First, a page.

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HR & Employment

The cost of complying with human resources and employment regulations is significant for all employers. WMC believes Wisconsin should streamline employment regulations, address the growing medical costs associated with Worker’s Compensation, and ensure a level playing field in the state’s labor laws.

HR & Employment


Wisconsin’s work comp medical costs are significantly higher than the national average, making our employers less competitive. WMC supports curbing these costs, as 45 other states have already done, by implementing a fee schedule for maximum-allowed medical charges. WMC also supports allowing employers to utilize medical providers that have the best outcomes, establishment of enforceable treatment guidelines to ensure appropriate care, and administrative efficiencies throughout the system to reduce transaction costs.
Since 1911, worker’s compensation has been the exclusive remedy for workplace injuries. This grand bargain ensures that injured workers get the treatment they need and deserve, while employers are protected from lawsuits. In recent years, some have advocated for doing away with the exclusive remedy by declaring that certain injuries are workplace related without requiring proof of the injury having occurred on the job. WMC believes the grand bargain must be upheld.

WMC engages with the Department of Workforce Development and lawmakers on potential changes to the Unemployment Insurance system each legislative session. Our priorities must focus on policies that will maintain the integrity of the unemployment system, ensure workers who truly are out of work through no fault of their own are eligible for benefits while searching for new work, and to keep unemployment insurance taxes low for employers.

The state should acknowledge that the unemployment rate has a direct impact on unemployed workers’ ability to find new work by connecting the number of weeks of unemployment benefits to the unemployment rate. As the unemployment rate increases or decreases, so does the availability of jobs. The number of weeks of unemployment benefits should also increase or decrease accordingly.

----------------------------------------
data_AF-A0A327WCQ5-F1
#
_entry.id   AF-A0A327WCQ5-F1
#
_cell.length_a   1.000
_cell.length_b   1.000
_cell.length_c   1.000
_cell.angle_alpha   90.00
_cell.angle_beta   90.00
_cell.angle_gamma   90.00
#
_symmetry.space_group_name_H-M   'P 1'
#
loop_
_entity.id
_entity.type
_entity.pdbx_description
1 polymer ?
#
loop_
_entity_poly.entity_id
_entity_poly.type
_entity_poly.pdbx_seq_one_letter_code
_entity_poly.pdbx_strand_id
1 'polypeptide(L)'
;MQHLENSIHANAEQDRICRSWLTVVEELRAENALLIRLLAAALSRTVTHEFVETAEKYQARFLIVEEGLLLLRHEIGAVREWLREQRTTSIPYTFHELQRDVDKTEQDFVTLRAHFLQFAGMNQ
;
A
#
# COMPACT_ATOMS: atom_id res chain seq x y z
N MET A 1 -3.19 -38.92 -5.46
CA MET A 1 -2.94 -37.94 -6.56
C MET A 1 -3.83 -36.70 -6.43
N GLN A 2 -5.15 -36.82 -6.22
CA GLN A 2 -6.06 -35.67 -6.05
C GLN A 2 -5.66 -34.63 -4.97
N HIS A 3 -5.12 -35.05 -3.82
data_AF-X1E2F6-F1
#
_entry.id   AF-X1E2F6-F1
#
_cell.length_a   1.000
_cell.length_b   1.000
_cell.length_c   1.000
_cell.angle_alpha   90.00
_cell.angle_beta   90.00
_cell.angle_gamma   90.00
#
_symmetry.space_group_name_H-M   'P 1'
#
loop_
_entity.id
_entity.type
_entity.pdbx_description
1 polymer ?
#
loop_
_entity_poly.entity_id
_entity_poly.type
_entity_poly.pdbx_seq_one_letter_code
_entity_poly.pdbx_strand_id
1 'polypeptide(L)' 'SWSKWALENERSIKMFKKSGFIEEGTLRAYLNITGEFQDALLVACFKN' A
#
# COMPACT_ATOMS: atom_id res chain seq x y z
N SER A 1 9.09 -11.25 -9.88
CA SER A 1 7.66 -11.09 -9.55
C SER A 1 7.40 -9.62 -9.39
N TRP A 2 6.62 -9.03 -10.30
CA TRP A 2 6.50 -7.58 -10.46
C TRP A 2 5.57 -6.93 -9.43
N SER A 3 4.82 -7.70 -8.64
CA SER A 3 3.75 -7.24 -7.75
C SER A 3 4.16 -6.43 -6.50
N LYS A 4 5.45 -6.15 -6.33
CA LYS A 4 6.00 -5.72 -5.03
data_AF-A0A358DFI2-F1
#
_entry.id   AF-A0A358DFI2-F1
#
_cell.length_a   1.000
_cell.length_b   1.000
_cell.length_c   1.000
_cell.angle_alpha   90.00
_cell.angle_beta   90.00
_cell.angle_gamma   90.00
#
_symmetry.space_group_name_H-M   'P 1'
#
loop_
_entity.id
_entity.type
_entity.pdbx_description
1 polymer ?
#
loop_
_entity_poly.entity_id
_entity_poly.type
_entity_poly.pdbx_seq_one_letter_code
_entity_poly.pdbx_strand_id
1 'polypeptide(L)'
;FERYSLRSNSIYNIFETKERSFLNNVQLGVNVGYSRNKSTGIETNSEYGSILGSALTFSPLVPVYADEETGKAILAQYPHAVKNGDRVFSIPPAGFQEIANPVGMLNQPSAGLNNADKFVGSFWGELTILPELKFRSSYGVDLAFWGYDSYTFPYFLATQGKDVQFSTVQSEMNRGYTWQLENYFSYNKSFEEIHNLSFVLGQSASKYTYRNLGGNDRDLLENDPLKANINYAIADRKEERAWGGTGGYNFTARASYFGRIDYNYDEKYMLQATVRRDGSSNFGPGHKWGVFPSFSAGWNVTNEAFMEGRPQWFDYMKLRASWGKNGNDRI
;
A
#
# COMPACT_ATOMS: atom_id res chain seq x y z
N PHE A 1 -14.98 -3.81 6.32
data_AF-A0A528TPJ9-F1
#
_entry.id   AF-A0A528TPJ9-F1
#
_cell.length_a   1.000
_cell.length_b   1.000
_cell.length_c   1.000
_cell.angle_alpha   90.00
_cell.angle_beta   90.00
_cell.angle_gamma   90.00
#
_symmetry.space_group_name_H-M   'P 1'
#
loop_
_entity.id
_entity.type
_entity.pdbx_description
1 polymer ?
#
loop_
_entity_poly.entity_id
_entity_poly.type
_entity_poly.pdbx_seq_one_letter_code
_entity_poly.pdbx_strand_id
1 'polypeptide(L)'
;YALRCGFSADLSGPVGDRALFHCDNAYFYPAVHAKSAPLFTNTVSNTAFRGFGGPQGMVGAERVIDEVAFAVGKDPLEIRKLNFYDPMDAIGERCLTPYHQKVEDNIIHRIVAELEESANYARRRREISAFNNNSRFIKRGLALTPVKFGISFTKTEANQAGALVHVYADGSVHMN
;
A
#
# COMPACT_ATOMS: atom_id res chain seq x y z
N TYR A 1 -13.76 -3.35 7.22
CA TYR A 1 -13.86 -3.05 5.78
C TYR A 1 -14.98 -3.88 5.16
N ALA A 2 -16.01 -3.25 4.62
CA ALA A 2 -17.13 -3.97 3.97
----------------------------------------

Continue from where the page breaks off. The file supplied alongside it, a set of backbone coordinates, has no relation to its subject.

Worker’s Compensation, Unemployment Insurance and the Department of Revenue each have their own criteria for determining if someone is an employee or an independent contractor. This causes great confusion for all involved, especially with the expanding gig economy. Wisconsin should streamline the classification of independent contractors and make the definitions and criteria used uniform across state government.

Governor Thompson signed Wisconsin’s FMLA in 1988. President Clinton signed the federal FMLA in 1993. A harmonization of our state law and federal law has never taken place, leaving Wisconsin companies to deal with two sets of rules. Exempting employers who must follow federal regulations from the state law would remove the burden of complying with both laws, and remove confusion resulting from compliance with two overlapping and conflicting leave laws.

Like FMLA, state and federal law differs when it comes to wage and hour standards. Items like how lunch breaks are treated, travel time, changing clothes and overtime should be federalized so that workers and employers have one set of rules to follow instead of two.

Workers today demand flexibility, and many employers are meeting that demand by allowing flexible schedules to hourly and salaried workers alike. In doing so, many hourly workers are now given employer-provided smart devices. Wisconsin should ensure that preliminary activities, such as de minimis time spent checking emails and calendars on smart devices, do not count toward compensable hours worked.

man smiling in meeting
Rachel Ver Velde


If you would like to learn more about our stance on education reform or have questions, contact Rachel Ver Velde, WMC’s Director of Workforce, Education and Employment Policy.

HR & Employment

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